The Words of Wordsworth Enter the Dream
It was her turn to remind me of that fateful day.
We had met in a Parisian cafe through a panel of glass dividing us from the smoke from her cigarette and the warmth of her breath fogging the glass. After a long night of cappuccinos and the sound of impatient pedestrians passing by, I woke up from the dream and forgot her.
Last night she took me by the hand and away from the gliding soiree. Since the boat had just departed she waved her hand and a bridge formed. We made it safely onto the dock. She guided me down the Champs Elysees, her hand firmly clasped around mine. Feeling slightly amnesic I followed her down a narrow street and into a small cafe. She placed her hand on my shoulders and turned me in the direction of the photograph.
It was a large scale photo in a dark wood frame. The background shimmered, the colors bleeding into one another like imperfect wavelengths. On the far left a blue mailbox was inscribed with black ink. In the center of the photo I discovered proof I’d been here before. She wore a black beret and scarf. I wore a navy dress, white scarf and my hair was long. My arm was wrapped tightly around her waist.
“Can you read the inscription?” she asked.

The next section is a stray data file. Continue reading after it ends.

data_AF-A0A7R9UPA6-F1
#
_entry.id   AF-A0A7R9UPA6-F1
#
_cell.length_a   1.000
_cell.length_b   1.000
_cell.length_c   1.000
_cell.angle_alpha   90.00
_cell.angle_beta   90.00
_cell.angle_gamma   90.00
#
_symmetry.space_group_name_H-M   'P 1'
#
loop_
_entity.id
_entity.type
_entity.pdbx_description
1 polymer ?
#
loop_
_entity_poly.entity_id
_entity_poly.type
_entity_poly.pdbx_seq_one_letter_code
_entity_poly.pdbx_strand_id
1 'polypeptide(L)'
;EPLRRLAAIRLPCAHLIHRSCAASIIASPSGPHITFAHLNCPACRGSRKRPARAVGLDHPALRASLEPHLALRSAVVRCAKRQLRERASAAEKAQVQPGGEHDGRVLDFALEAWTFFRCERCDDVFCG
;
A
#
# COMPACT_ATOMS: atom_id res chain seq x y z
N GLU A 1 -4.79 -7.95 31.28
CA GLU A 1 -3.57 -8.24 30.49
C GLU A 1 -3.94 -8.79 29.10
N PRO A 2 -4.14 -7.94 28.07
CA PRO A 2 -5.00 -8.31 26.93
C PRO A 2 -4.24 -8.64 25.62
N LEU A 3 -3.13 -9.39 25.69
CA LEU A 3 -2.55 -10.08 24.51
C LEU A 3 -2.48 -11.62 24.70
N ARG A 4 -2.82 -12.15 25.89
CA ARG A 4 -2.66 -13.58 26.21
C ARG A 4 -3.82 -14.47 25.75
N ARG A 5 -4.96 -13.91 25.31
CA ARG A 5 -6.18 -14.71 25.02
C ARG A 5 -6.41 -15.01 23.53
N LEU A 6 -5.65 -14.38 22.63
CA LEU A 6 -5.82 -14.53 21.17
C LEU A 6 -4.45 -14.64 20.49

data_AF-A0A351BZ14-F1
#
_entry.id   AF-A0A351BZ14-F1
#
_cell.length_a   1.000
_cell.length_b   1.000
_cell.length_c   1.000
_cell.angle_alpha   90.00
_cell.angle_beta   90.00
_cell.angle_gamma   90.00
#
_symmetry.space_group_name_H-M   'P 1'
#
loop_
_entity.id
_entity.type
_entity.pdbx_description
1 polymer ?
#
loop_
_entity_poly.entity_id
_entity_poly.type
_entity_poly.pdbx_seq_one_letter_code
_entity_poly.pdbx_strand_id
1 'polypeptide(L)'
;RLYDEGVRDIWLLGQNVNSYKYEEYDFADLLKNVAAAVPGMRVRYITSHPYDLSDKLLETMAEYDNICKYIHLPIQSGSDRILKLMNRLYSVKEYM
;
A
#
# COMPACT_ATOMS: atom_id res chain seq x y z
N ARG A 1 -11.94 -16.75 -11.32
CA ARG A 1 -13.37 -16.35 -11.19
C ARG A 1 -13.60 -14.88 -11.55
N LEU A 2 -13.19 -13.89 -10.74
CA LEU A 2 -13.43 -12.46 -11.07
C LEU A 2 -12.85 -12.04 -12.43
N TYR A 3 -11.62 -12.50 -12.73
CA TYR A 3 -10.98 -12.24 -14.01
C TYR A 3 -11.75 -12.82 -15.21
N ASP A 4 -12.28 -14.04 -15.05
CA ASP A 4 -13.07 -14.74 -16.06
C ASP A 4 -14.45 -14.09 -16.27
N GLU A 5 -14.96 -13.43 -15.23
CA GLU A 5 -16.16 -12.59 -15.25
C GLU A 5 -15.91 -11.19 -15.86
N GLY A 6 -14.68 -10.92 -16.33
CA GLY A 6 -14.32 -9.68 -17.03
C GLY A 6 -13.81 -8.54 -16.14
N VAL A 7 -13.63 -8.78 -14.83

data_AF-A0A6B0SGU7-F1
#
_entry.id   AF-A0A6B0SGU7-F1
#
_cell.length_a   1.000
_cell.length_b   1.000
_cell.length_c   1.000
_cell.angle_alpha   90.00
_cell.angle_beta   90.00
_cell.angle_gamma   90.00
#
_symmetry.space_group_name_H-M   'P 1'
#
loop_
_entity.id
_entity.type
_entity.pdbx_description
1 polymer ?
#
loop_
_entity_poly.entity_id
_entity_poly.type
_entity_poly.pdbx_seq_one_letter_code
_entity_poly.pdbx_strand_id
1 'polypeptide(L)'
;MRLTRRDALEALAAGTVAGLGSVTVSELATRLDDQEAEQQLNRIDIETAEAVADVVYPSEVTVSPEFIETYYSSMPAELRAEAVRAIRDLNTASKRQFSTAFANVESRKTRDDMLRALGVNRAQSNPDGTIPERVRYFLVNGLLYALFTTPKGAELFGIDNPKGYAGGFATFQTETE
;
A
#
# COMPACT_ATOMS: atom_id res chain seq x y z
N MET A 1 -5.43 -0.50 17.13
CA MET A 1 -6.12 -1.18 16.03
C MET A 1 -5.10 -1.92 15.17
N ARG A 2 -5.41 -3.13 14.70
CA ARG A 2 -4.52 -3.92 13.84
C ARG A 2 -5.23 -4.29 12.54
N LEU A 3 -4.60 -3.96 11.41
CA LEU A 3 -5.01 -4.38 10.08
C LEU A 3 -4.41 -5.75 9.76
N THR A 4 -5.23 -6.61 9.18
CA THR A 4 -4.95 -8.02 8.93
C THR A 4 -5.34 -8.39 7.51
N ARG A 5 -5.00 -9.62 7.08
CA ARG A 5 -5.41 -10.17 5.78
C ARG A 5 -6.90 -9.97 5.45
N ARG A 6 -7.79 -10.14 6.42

I drew closer to the photograph, the letters growing more unstable. I took a step back and tried again. It read: As with a rapture caught from heaven. Wordsworth.
We signed our names under this line.
“Jenny,” I said, allowing the recognition to filter through me. She kissed my cheek softly.
It was late, but she deemed the night young. We went into a little jazz club near Le Marais. Jenny handed me a glass of red and we sat there perfectly still as the saxophone bellowed to Mingus, then Monk. Please Don’t Come Back From the Moon. She took me to her new apartment located a few blocks away. Another celebration of independence. From her window I could see all of Paris in extraordinary detail. The night was changing colors. People were walking through the streets singing songs of lament. Jenny was downstairs saying goodbye to her friends.
Lucidity increased at this point. I was reminded of other European dreams. Rome, London, Spain. Paris was going to sleep and it appeared to me as a sleeping giant made of tiny compartments, cathedrals, boulangeries, studios, falling stars and moving clouds; the city was shifting and breaking down its size in a luminous explosion where the sparks reached the windowsill. The awe left me speechless.
Jenny’s hand ran down my back and moved forward over my stomach. She whispered, “while I speak, the labouring Sun/his Glad deliverance has begun” and I knew her touch well enough. She lifted my hair, fingers tangled in every strand. The cypress waves her sombre plume/More cheerily; and the town and tower. Yes, again.
The vineyard and the olive-bower,
Their lustre re-assume!
O Ye, who guard and grace my home
While in far distant lands we roam,
What countenance hath this Day put on
While we look round with favoured eyes,
Did sullen mists hide lakes and skies
And mountains from your view?
As my dress came undone the dream became snow, shifting the room we occupied into a place of bitter cold. Bu the touch of her mouth was still warm upon waking to the alarming sound of my other life.